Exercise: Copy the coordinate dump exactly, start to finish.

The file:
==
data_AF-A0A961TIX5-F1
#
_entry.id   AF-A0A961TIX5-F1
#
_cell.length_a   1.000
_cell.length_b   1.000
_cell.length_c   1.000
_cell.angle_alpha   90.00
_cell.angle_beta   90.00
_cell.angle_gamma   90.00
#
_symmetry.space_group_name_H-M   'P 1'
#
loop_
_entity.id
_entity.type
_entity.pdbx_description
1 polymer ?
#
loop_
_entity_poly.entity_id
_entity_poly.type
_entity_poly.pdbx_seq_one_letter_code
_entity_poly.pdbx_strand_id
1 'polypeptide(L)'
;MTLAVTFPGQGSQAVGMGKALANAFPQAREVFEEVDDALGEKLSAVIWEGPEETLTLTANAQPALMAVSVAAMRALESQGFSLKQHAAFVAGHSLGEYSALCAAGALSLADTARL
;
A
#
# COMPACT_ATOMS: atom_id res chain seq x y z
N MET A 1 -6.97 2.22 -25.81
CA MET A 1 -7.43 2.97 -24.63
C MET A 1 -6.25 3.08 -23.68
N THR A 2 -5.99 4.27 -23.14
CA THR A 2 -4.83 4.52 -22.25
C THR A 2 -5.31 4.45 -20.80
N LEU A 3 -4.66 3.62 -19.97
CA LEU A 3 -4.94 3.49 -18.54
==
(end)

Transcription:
data_AF-A0A961TIX5-F1
#
_entry.id   AF-A0A961TIX5-F1
#
_cell.length_a   1.000
_cell.length_b   1.000
_cell.length_c   1.000
_cell.angle_alpha   90.00
_cell.angle_beta   90.00
_cell.angle_gamma   90.00
#
_symmetry.space_group_name_H-M   'P 1'
#
loop_
_entity.id
_entity.type
_entity.pdbx_description
1 polymer ?
#
loop_
_entity_poly.entity_id
_entity_poly.type
_entity_poly.pdbx_seq_one_letter_code
_entity_poly.pdbx_strand_id
1 'polypeptide(L)'
;MTLAVTFPGQGSQAVGMGKALANAFPQAREVFEEVDDALGEKLSAVIWEGPEETLTLTANAQPALMAVSVAAMRALESQGFSLKQHAAFVAGHSLGEYSALCAAGALSLADTARL
;
A
#
# COMPACT_ATOMS: atom_id res chain seq x y z
N MET A 1 -6.97 2.22 -25.81
CA MET A 1 -7.43 2.97 -24.63
C MET A 1 -6.25 3.08 -23.68
N THR A 2 -5.99 4.27 -23.14
CA THR A 2 -4.83 4.52 -22.25
C THR A 2 -5.31 4.45 -20.80
N LEU A 3 -4.66 3.62 -19.97
CA LEU A 3 -4.94 3.49 -18.54